Twitter says it’ll not enable “free promoting” on different social media platforms

According to a tweet thread shared by the company on Sunday, Twitter said it will no longer allow users to promote other social media accounts on its platform.

“We know that many of our users are active on other social media platforms,” ​​the company said. “However, we will no longer allow free advertising for certain social media platforms on Twitter.”

Many users have shared their other social media accounts on Twitter after Elon Musk acquired the company for $44 billion in October. Twitter said the company will still allow cross-posting from different platforms, but tweeting content like “Follow me @username on Instagram” or “” is now a policy violation.

Posting from third-party link aggregators like and is also banned under the new rules.

If users violate this new policy, they may have to delete their offending tweets. Accounts may also be temporarily banned or suspended, Twitter said. The company removes accounts that try to circumvent the rules by posting screenshots of their other accounts or by spelling out words like “period.”

The policy is unusual as few, if any, other social media companies have rules about sharing links to other accounts. Twitter co-founder and former CEO Jack Dorsey said in a tweet on Sunday that the company’s new policy “makes no sense.”

After Twitter announced the new advertising policy, Paul Graham, an influential venture capitalist, tweeted a link to his website and announced he would be posting on Mastodon.

“That’s the last straw,” he wrote. Twitter suspended his account hours later.

Graham, usually a big supporter of Musk, founded the accelerator and venture firm Y Combinator. Musk wrote in two tweets Sunday night that Graham’s account would be restored, and it was quickly reactivated.

“Going forward, there will be a vote on major policy changes,” Musk said. “I apologize. Won’t happen again.” Musk tweeted from Doha, where he attended the World Cup final alongside Jared Kushner, among others.

Twitter implemented a series of controversial suspensions earlier in the week following recent changes to its policy on “doxxing,” which the company defines as “sharing an individual’s private information online without their permission.”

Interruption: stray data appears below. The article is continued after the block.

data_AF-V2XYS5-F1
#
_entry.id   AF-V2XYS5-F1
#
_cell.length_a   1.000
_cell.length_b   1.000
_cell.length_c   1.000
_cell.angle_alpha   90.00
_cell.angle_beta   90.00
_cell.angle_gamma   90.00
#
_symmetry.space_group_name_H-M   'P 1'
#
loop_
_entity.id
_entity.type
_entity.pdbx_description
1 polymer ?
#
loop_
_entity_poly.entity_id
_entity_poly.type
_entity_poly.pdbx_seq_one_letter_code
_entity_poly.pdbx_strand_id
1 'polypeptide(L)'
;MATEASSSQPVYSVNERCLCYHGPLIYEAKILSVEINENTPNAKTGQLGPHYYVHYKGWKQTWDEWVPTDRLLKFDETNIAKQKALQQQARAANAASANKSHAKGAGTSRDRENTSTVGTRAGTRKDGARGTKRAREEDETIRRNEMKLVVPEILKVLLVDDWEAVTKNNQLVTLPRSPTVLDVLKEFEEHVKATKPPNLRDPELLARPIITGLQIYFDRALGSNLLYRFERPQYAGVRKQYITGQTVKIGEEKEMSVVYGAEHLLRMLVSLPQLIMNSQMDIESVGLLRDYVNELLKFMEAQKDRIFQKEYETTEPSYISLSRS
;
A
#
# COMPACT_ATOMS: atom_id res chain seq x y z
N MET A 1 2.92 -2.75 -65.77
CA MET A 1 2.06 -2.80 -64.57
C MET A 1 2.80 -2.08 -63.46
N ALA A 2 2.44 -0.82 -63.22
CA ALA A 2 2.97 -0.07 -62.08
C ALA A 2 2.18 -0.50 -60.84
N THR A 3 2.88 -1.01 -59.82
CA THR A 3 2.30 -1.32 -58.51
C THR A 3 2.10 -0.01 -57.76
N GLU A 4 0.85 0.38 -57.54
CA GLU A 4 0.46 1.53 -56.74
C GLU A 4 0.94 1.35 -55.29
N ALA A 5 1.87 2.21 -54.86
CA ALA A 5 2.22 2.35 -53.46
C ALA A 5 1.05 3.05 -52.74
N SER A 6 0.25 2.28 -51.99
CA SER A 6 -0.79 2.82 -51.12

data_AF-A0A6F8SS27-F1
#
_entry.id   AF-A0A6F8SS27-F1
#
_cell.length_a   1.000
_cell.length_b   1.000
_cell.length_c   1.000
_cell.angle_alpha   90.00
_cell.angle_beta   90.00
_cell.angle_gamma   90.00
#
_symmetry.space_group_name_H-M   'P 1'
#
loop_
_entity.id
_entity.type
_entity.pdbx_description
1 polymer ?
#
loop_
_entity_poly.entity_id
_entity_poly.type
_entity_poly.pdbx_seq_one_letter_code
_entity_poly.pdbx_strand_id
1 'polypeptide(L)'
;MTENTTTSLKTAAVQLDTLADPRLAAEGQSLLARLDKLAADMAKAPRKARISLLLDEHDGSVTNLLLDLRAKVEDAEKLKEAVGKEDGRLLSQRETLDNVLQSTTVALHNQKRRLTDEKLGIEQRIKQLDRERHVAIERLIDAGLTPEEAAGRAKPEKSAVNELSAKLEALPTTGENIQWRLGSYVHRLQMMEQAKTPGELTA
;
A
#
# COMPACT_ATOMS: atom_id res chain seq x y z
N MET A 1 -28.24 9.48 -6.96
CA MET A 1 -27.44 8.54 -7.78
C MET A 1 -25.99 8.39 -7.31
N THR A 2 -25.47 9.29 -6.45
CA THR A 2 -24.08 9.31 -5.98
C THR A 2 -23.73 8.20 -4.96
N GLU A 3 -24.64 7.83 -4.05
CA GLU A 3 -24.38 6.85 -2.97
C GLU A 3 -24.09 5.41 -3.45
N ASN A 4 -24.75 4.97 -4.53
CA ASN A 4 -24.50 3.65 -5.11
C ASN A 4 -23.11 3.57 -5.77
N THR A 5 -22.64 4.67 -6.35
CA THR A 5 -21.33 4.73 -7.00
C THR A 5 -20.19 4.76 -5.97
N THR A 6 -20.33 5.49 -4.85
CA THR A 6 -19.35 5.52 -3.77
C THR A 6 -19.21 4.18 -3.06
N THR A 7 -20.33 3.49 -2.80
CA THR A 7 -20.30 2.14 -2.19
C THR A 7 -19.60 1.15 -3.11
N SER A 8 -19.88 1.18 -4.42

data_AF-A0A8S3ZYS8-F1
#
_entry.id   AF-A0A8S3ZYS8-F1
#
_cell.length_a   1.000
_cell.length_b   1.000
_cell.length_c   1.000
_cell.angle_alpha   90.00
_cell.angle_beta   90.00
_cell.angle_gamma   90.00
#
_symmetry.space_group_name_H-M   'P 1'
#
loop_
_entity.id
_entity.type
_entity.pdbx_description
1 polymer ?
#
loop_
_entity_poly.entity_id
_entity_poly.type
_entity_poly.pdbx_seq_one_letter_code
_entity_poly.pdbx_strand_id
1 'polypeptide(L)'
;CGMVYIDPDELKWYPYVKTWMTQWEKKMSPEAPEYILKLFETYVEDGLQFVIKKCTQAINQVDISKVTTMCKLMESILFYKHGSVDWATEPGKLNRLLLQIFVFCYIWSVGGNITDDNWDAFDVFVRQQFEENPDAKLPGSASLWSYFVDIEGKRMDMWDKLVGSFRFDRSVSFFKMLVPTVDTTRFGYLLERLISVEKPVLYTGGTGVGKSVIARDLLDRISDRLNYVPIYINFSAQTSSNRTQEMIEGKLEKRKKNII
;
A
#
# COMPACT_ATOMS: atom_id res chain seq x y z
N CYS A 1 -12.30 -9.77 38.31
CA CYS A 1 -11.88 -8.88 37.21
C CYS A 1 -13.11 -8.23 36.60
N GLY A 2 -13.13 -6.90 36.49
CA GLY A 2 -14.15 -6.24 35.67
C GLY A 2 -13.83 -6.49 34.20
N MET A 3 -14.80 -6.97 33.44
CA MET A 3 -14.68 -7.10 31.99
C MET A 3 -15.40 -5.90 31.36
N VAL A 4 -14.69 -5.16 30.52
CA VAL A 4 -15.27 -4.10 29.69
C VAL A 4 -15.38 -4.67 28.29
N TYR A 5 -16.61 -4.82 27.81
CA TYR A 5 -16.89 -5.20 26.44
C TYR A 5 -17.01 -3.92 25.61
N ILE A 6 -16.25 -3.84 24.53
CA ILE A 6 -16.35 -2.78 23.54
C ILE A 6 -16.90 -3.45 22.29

The updated policy prohibits users from sharing live location information, home addresses, contact information, or physical location information. The changes resulted in a number of account suspensions, including many journalists covering Musk and his companies. Musk accused the suspended journalists of leaking private information about his whereabouts, which he called “basically murder coordinates.” CNBC could not verify this claim.

The private jet flight tracking accounts created by 20-year-old Jack Sweeney, many of which tracked Musk’s travel movements, have also been suspended.

Alex Howard, director of the Digital Democracy Project, told CNBC that institutions “will be sidelined” if Twitter’s “extraordinary new restrictions” continue.

“These policy changes today, combined with pressophobia and bans over the past week, are significant, historic and should shape the current attitudes of the media, technology and science, and governments,” he said on Sunday.

Musk, who is also the CEO of Tesla and SpaceX, has been vocal about its efforts to protect free speech on Twitter. In early November, he claimed he was such a staunch supporter of free speech that he would not ban Sweeney’s account from tracking his plane, which he described as a “direct personal security risk.” As of Sunday, Sweeney’s accounts, including his personal account, remained suspended.

Many of the suspended journalists’ accounts were reactivated on Saturday, but Business Insider’s Linette Lopez is still suspended.

Twitter also suspended Taylor Lorenz from The Washington Post late Saturday night, but her account was reinstated Sunday afternoon. Musk claimed in a tweet that Lorenz was temporarily suspended because of a “previous doxing act,” but she also recently shared a post with links to her other social media accounts.

Digital Democracy’s Howard said Twitter has always been shaped by its users, not its operators, but that recent changes to the platform will affect what it becomes in the future.

“Since 2006, Twitter has functioned as an information service, along with a news browser, an organizational tool, an office water cooler, a social network, and a global platform for protests, campaigns, and lies that fueled an insurgency,” he said. “The emerging behaviors we’re seeing in response to the changes over the past week will shape what Twitter will be in 2023 and for whom.”

— CNBC’s Lora Kolodny contributed to this report.

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